Marine Iguana and land iguana
Santa Fé is small, flat and partially forested. Here both the marine iguanas can find their algae on the rocks while the land iguanas feast on cactus flowers. The red and turquoise splashed marine iguanas can also be spied on Hood, Isabela and Española island.
As there are no non-native predators on the Tintorreras Islets they are alive with marine iguanas.
The islands have a history that is almost as curious as its wildlife. Bookended between Darwin and Attenborough there has been a stream of humanity, liberally spiced with maltreated prisoners, hiding pirates, a fake Baroness, a shocking menage-a-trois nude Germans, cannibalism, unsolved murders and a mysterious disappearance.
The famous Post Office Barrel will let you play postman to those who came before you. And leave your own post to the mercy of those who will follow.
A Wall of Tears, built on Isabela was constructed with the sole intention of stopping prisoners from going insane through boredom and isolation. El muro de las Lágrimas was built from volcanic rock and might be a monument to suffering for a long time to come.
Remember to stick to marked trails. Walk along a lava rock trail to see blue-footed boobies, marine iguanas, and sea lions. Volcán Sierra Negra’s crater is the second-largest caldera on earth. It offers incredible vistas of volcanoes and sea and from the rim you can walk on to the surreal smoking lava landscape that is Volcán Chico.
Hike across eerie, barren lava fields and up the volcanoes on Isabela.
On Genovesa you can hike up to a forest-crowned plateau, or across into powdery sand beaches and mangroves.
Practice Resting Beach Face
Puerto Ayora has little bays that you will only have to share with the sea lions, sea turtles and eagle rays if no cruise ships are in town. If you don’t mind hiking you can reach other stunning beaches along forest trails or through atmospheric mangrove estuaries. A 40-minute hike through a dry, prickly pear forest will deliver you to one of the archipelago’s finest beaches: Tortuga Bay.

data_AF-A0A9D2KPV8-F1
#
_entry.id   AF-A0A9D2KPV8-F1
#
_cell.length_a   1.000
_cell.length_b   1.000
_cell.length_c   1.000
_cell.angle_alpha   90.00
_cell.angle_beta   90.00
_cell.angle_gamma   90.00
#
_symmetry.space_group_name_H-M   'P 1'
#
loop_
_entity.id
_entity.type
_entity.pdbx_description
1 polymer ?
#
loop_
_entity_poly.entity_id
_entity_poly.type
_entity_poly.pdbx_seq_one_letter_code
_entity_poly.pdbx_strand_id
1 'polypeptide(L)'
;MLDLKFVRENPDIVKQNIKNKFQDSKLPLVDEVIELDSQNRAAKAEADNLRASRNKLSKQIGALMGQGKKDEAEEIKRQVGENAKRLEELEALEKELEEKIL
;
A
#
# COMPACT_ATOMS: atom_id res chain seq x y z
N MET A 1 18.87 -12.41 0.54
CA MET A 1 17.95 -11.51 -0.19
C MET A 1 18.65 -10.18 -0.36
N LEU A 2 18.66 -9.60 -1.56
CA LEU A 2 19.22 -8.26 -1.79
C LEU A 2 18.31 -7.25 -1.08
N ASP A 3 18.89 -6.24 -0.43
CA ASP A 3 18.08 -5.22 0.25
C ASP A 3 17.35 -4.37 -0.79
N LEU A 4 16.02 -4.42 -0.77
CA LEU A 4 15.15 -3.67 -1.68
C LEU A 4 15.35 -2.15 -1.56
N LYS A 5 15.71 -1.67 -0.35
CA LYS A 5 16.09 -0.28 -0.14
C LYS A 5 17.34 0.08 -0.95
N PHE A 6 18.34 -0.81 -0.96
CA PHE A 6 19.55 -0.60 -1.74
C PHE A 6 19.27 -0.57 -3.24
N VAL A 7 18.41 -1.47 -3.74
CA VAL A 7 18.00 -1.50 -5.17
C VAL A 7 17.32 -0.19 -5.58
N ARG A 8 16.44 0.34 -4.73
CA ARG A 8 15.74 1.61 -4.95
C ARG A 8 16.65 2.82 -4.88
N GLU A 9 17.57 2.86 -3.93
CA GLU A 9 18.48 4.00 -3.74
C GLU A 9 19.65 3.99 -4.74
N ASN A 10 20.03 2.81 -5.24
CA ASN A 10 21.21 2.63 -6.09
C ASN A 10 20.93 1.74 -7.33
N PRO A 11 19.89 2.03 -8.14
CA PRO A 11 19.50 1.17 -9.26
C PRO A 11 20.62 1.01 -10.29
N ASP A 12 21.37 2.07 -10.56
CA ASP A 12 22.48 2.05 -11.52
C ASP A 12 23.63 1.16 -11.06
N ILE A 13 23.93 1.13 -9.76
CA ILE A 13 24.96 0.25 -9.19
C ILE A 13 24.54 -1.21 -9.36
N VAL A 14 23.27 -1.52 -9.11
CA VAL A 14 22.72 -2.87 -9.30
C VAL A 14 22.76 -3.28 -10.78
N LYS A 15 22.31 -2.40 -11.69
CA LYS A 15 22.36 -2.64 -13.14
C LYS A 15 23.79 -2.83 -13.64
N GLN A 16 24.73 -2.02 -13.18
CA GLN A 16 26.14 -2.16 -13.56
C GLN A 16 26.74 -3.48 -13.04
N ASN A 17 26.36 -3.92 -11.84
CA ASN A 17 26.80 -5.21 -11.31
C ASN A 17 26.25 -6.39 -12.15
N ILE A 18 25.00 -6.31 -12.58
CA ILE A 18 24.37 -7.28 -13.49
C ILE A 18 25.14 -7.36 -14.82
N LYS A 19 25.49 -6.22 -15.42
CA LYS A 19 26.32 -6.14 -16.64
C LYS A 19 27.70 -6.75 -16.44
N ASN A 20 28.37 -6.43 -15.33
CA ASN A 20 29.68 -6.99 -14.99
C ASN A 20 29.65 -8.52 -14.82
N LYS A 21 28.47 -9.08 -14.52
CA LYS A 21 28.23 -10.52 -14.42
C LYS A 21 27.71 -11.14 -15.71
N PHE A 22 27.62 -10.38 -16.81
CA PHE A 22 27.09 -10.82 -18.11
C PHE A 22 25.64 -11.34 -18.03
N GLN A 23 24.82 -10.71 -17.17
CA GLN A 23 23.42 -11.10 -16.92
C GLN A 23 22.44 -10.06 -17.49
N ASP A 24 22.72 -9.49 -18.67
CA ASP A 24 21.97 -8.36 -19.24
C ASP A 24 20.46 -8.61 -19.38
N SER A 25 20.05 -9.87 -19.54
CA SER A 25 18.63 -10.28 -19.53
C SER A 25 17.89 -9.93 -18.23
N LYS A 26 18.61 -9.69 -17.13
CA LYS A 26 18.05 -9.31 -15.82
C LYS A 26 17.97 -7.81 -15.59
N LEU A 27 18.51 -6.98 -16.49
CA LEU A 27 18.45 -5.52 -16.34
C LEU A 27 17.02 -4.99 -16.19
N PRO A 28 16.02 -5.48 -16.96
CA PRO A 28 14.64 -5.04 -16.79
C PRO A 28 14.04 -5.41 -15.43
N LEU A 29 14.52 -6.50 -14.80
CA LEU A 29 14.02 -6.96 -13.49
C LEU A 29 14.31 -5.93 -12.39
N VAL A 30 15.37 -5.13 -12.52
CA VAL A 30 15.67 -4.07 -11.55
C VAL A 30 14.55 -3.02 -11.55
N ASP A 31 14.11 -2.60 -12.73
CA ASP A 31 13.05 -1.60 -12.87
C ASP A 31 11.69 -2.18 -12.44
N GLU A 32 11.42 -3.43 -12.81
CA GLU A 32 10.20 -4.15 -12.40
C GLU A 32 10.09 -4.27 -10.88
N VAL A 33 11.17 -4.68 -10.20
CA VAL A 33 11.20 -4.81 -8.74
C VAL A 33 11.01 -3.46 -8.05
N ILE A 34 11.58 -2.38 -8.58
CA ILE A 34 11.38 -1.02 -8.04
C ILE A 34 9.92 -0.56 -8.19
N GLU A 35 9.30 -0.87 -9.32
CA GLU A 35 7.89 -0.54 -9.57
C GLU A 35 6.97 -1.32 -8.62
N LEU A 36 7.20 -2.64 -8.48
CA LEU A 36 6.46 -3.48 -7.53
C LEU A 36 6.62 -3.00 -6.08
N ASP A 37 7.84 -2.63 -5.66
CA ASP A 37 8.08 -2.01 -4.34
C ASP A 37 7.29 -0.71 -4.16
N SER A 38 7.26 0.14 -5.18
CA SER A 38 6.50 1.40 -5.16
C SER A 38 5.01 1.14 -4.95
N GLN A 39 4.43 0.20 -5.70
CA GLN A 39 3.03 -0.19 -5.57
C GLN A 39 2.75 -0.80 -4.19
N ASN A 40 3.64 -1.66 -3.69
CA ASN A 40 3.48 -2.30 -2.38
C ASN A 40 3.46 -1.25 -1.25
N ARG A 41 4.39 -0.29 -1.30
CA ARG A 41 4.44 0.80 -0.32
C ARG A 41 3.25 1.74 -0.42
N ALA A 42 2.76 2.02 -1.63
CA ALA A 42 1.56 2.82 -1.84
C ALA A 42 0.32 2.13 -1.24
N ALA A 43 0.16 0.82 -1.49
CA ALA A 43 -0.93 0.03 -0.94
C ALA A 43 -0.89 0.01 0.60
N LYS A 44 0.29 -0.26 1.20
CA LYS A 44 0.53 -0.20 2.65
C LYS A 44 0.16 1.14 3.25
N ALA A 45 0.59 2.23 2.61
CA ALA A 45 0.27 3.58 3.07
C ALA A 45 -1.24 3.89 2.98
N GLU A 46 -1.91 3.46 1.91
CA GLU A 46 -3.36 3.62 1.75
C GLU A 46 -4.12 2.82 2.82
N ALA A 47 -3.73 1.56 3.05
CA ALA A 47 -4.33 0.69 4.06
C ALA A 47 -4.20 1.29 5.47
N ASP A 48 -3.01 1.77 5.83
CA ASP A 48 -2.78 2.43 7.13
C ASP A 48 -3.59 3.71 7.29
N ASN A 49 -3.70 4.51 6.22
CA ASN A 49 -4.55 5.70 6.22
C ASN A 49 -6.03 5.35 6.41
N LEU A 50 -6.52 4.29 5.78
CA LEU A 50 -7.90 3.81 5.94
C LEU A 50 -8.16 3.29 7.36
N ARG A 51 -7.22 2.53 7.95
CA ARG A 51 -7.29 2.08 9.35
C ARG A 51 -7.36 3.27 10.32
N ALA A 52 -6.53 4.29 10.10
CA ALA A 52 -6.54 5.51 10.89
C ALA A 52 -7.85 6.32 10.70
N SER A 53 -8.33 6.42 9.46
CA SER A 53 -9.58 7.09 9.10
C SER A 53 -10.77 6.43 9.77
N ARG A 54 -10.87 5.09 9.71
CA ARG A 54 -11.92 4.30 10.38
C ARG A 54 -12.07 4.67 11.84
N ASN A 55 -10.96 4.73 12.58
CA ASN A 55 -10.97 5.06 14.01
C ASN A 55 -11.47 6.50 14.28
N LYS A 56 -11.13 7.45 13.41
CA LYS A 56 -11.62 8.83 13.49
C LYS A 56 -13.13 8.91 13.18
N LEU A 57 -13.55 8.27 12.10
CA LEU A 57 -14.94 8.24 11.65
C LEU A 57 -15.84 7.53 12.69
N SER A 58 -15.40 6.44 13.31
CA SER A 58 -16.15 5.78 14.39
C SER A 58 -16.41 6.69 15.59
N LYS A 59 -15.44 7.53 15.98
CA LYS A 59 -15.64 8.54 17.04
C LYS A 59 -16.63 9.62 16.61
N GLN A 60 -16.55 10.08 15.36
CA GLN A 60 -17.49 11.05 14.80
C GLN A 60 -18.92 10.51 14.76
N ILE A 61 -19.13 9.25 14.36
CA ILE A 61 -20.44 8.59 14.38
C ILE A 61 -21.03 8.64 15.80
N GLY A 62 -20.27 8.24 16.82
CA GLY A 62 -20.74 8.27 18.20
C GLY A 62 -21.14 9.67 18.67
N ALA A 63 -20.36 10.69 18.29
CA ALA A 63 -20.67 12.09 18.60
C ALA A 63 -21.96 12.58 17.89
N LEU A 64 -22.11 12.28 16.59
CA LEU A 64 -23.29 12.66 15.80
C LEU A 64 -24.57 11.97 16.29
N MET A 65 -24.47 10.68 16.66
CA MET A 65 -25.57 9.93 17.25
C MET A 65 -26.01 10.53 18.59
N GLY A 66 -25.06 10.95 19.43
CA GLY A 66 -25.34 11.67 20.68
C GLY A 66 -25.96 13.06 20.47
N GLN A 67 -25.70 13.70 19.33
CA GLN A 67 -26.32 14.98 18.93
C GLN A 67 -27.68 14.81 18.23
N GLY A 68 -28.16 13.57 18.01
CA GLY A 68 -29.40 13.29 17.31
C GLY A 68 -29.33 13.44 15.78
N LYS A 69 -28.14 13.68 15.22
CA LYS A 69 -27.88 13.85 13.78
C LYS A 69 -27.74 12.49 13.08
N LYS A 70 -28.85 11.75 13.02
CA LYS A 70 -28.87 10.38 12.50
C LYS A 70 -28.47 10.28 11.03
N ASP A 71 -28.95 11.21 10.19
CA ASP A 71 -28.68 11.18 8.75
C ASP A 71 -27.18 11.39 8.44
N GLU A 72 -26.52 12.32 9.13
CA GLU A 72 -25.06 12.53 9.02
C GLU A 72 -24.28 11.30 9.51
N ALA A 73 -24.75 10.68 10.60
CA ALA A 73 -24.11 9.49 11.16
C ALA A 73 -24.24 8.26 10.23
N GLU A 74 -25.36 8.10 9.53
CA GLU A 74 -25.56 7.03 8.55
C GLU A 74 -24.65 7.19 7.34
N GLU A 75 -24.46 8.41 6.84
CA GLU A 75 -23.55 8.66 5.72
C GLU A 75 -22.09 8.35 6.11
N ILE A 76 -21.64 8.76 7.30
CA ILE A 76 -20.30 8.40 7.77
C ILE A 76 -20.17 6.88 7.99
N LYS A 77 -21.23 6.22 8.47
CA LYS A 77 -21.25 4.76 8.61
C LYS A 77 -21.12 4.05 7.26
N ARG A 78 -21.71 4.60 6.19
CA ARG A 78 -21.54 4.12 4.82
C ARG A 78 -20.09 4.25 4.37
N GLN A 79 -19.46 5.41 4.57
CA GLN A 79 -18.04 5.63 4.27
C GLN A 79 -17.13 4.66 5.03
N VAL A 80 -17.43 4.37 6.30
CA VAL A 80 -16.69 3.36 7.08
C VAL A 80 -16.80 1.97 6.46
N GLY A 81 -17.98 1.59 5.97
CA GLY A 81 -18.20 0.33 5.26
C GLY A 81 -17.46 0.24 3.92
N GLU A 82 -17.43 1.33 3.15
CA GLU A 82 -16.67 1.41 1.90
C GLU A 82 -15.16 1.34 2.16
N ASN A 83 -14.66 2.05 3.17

Some beaches even have surfing waves – we are looking at you San Cristóbal!
TIP: The ground is rocky so bring water shoes. The water might be cold so a wetsuit could be good. Again, check regulations before surfing.
Splash in lava tubes with green turtles and sea lion pups under the watchful eyes of marine iguanas and penguins.
If you want to snorkel in a veritable aquarium then head for Los Tuneles (an hour by boat from Puerto Villamil). More lava tubes filled with schools of colorful angelfish, sea turtles, manta rays and harmless sharks.
Surrounding the Tintoreras Islets lava tunnels are inhabited by giant rays, puffer fish, sea lions and the elusive white-tipped sharks which gives the island its name.
On Floreana snorkel with sea lions, penguins, rays and reef fish. And off the coast of Genovesa you might encounter hammerhead sharks.
TIP: Do bring a buddy and a camera.
Don’t touch a sea lion, no matter how friendly they seem.
Explore secret coves mangrove estuaries and stunning beaches.
TIP: Permission for kayaking is required so make sure to follow all the National Park guidelines.
On Santa Cruz there are some fabulous hillside trails.
TIP: Beginners are best off renting a mixed-blood “Criollo” horse
Cycling tours of the islands range from intermediate to advanced
riders and you can sign up for a fun ride or an endurance challenge. Whichever you prefer the scenery is sure to impress. Arrange your rides from Puerto Baquerizo Moreno.
You will be able to take the most advantage of your time in the Galapagos if you already have previous dive training. It is possible to take a course in the islands but as a beginner, many of the choice, more advanced dives will not be available to you. Divers can expect to see white-tip sharks, marine iguanas, penguins, golden rays, hammerheads, Galapagos sharks and even whale sharks.
Panga (Dinghy) Rides
Great for photographing the wildlife in shores, coves and caves the panga and dinghy vessels serve as the main transportation method from cruise boats to the visiting sites.
Do buy local. (Check for Made in China labels.)
Don’t buy anything made from turtle, tortoise or seashells, black coral, lava rock, an animal parts or endemic species. This is illegal.
Do buy Galápagos books from the Research Centre gift shop as all profits go to the project.
Don’t buy any live wildlife!